The International Physical Literacy Association guiding Dumfries and Galloway – Scotland

‘Physical literacy should be at the core of a communities development’, was the conclusion of a working group of policy makers, teachers and parents following three workshop sessions provided by the International Physical Literacy Association (IPLA) in April 2016. The final discussion group also suggested that opportunities should be provided to increase understanding of the concept, ‘physical literacy’, for pupils, teachers, parents and the community as a whole, so as to encourage everyone everywhere to engage in physical activity for life.

The sessions provided by Nigel Green (Liverpool John Moores University and IPLA Trustee) and Andy Sprake (University of Central Lancashire and IPLA Member) to policy makers from Dumfries and Galloway, teachers, parents and learning support staff from Wigtown and Kirkcowan Primary schools, introduced the concept of physical literacy and allowed time for reflection as to what their understating of physical literacy was and how they could develop their own and others physical literacy in the future. A final discussion session with policy makers and teachers considered the comments from the three sessions and suggested a number of points that were considered to be important for a community who intended to embrace the aim of developing physical literacy.

The key points were:

  • To recognise and value the range of purposeful physical activities, within a spectrum from gardening to sports pursuits, which are encompassed within physical literacy.
  • To recognise and respect each individual’s starting point and their capability to make progress within the physical, affective and cognitive domains.
  • To recognise barriers that may restrict an individual’s ability to engage in regular physical activity and to look at who, what, why, where, how it is possible overcome these barriers with regards to both systems and attitudes.
  • To identify and share the current provision, facilities and potential opportunities available, within each specific community, that allows people to be more physically active.
  • To challenge the status quo and co-ordinate the growth of opportunities within a community.
  • To identify community champions who will be role models and leaders and are in a position to enlist support from the whole community.
  • To provide and share models of good practice within communities so that others can consider how to make an impact within their own community.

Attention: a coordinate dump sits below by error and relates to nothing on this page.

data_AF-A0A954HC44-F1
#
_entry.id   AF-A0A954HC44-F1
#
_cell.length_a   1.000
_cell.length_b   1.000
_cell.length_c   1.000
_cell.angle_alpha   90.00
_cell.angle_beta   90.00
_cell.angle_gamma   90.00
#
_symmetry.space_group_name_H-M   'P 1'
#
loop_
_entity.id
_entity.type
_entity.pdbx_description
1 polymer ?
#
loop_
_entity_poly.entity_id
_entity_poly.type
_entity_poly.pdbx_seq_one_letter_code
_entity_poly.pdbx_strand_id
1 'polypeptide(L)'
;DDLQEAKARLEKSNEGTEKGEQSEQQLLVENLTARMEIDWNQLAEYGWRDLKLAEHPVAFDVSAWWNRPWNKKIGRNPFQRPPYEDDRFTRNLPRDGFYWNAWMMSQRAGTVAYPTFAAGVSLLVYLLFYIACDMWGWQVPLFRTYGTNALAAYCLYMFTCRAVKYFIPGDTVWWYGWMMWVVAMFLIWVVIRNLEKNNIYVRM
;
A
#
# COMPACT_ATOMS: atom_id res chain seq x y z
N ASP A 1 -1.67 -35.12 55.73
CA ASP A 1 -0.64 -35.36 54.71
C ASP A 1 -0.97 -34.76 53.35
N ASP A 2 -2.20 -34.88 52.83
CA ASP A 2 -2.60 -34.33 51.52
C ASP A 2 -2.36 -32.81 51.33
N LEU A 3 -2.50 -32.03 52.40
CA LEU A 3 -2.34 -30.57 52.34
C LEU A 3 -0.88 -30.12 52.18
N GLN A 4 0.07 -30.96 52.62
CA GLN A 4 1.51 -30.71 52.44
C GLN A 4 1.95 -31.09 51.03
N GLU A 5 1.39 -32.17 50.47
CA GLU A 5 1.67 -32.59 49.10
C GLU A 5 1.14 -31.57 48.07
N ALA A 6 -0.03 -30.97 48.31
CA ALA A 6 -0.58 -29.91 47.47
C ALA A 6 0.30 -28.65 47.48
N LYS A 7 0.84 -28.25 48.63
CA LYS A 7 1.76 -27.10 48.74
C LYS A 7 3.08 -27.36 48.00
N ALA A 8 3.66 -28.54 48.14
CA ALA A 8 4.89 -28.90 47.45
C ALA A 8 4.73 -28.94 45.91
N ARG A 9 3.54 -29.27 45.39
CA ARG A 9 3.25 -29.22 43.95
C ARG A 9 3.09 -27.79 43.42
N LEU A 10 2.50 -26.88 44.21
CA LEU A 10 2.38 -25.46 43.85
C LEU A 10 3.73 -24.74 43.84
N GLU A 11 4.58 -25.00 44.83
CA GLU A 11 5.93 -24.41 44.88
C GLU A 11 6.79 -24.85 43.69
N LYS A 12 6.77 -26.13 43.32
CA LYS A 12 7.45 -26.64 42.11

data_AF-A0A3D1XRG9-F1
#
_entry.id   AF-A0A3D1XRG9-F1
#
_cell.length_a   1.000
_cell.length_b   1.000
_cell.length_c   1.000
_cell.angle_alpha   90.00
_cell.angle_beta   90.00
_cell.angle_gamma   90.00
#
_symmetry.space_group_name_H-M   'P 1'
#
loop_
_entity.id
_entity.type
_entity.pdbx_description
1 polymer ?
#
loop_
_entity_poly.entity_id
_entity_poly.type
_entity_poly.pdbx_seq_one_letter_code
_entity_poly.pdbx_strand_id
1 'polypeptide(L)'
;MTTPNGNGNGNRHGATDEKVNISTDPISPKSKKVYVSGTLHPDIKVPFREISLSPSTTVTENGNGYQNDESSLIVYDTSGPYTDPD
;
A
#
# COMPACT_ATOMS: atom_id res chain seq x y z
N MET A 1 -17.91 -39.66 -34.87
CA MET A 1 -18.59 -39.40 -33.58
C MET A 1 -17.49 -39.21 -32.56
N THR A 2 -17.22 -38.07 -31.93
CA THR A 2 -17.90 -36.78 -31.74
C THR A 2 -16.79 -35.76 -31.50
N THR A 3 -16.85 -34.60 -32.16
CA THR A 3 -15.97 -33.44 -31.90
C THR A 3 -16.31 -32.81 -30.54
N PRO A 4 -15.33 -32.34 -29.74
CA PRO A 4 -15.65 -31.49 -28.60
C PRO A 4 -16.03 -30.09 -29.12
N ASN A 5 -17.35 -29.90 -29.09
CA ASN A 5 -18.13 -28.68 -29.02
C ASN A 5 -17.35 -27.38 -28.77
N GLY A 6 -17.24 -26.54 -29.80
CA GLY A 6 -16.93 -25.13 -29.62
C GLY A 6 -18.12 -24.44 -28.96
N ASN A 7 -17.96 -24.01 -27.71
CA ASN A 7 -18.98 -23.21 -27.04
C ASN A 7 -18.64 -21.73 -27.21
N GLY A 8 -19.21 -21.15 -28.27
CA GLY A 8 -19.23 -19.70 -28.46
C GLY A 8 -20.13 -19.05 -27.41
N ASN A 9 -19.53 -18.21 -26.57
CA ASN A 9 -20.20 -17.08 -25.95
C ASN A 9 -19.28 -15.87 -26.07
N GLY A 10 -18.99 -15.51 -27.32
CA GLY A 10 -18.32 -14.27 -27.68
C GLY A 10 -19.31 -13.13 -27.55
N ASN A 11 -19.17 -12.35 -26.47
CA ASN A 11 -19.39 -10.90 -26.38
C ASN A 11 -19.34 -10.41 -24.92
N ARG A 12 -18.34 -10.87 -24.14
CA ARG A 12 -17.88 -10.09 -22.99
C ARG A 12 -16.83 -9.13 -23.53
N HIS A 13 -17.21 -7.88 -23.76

• To focus on starting small and then positively influencing others for growth.
  • To develop a coordinated strategy within a community that is effectively communicated and promoted using a variety of media and settings.
  • To adopt an integrated and supportive approach that involves education, leisure, health, travel etc.
  • To develop a means of measuring and celebrating success.
  • To promote the recording and celebrating of achievement and progress that individuals and groups will be proud of.

The individuals involved in the sessions agreed that physical literacy is an excellent concept that when clearly explained can provide a clear and genuine focus which people are happy to embrace. If sharing the concept is undertaken sensitively and purposefully then this will motivate individuals to enhance their own and others personal development through regular involvement in physical activity. The final working group believed that the concept of physical literacy needs to be marketed effectively by making it simple to understand by all whilst maintaining its integrity. They considered it important that co-ordinated efforts by communities will allow the concept to be adopted and this will result in regular physical activity being embraced by all.
The community of Dumfries and Galloway have made a start by embracing the concept and it is interesting to see Wales, New Zealand, America and more recently India are all channelling energy into making physical literacy a focus for physical education and for life. Perhaps it is now time for the government of England to take a serious look at physical literacy and the potential it has to change lives in the future.

Nigel Green